When I say scene, I mean people behind the scene. People that have been doing clothing lines longer than us – I don’t really like getting into it, because I don’t like talking about negative stuff. But why would they; I think we came out strong, like we’re bad ass bitches, but it is not to be taken too seriously, it is for fun. There are definitely elements of street in us – I’ve had way too many bar fights – but it is not for people to take so literally and seriously, but people were. It is like, ‘This is the boys’ club.’ – [it’s] kind of homo, right? But there were also a lot of people that held it down and helped us. I will be forever thankful to them.

Format: Married To The Mob is a film made in 1988 with Alec Baldwin and Michelle Pfeiffer, however, most official bitches is the acronym for MOB in Married To The MOB NYC. That’s clever. How did you create the name?
Leah: Me and my friends were known as the MOB crew before Married To The MOB came about. One day, I said out loud, ‘Married to the mob!’ and it just kind of stuck. I remember, Aron wanted to name one of his parties Married To The Mob or some shit like that. I can’t even remember the whole story. We got into an argument and it was before the clothing line came, but I knew I was going to use the name for something. I was like, ‘You can’t use that! Don’t blow it up!’ because I knew I was going to do something with it. I think people like the name. I went through a phase where I was like, ‘Married To The MOB, what the hell was I doing naming my clothing line Married To The MOB?!’ but I love it, I really do. When I go to the bank the tellers are like, ‘Married To The MOB?!’ It came together really well and I always say that name picked me.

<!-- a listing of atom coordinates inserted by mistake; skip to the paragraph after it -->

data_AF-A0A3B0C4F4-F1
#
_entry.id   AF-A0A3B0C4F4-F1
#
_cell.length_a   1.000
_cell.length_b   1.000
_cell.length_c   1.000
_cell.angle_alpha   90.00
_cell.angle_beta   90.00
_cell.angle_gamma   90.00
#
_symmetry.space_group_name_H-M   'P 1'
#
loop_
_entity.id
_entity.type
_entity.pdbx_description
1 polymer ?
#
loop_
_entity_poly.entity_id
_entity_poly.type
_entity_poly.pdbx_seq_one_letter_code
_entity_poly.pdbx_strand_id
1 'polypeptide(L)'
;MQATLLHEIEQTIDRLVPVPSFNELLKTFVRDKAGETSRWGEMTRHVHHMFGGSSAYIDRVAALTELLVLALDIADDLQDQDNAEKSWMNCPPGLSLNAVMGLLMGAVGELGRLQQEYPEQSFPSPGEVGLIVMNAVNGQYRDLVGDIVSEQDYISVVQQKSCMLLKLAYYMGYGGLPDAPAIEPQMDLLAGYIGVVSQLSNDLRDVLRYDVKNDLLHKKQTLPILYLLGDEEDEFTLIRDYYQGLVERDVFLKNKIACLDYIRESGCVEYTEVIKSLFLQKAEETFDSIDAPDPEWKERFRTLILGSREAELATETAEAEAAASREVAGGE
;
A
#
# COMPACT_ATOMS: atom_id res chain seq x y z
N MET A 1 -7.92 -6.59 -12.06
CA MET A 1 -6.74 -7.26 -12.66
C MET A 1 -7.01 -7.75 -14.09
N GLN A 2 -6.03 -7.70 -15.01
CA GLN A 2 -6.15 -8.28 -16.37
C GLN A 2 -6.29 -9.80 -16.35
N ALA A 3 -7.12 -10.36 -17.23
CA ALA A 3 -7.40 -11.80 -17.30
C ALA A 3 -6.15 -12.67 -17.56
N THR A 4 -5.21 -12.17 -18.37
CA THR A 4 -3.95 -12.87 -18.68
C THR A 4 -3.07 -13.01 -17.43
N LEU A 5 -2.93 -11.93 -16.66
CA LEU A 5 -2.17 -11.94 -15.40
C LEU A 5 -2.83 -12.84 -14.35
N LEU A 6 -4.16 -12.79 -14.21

Married to the Mob

Format: There are a handful of streetwear companies specifically for women. In your opinion, why has the streetwear industry not provided more options for its female consumer?
Leah: It was weird, because when I first started Married To The MOB there really wasn’t anything for women at all, besides lines having random girl stuff, but it wasn’t up to par with what the guys had. Guys had Supreme, they had Alife, they have all these other dope brands, but there was nothing there for the girls. I mean, in terms of tees, when I was younger I rocked Liquid Sky tees and X-Girl tees, but that was Grade 6 we are talking here. There was really nothing for girls when I started MOB in this genre of shit. But why, I have no clue. And why is there still next to nothing for girls in this market; it might have something to do with the biological and psychological differences between men and woman. I don’t really want to get into that because it’s a very controversial issue and too deep for this, but I will say that people saw that they could make money in this market and other girl brands started to pop up, even guys started doing the girl stuff, but there are not too many girl brands that stick. And guys doing girls T-shirts does not work.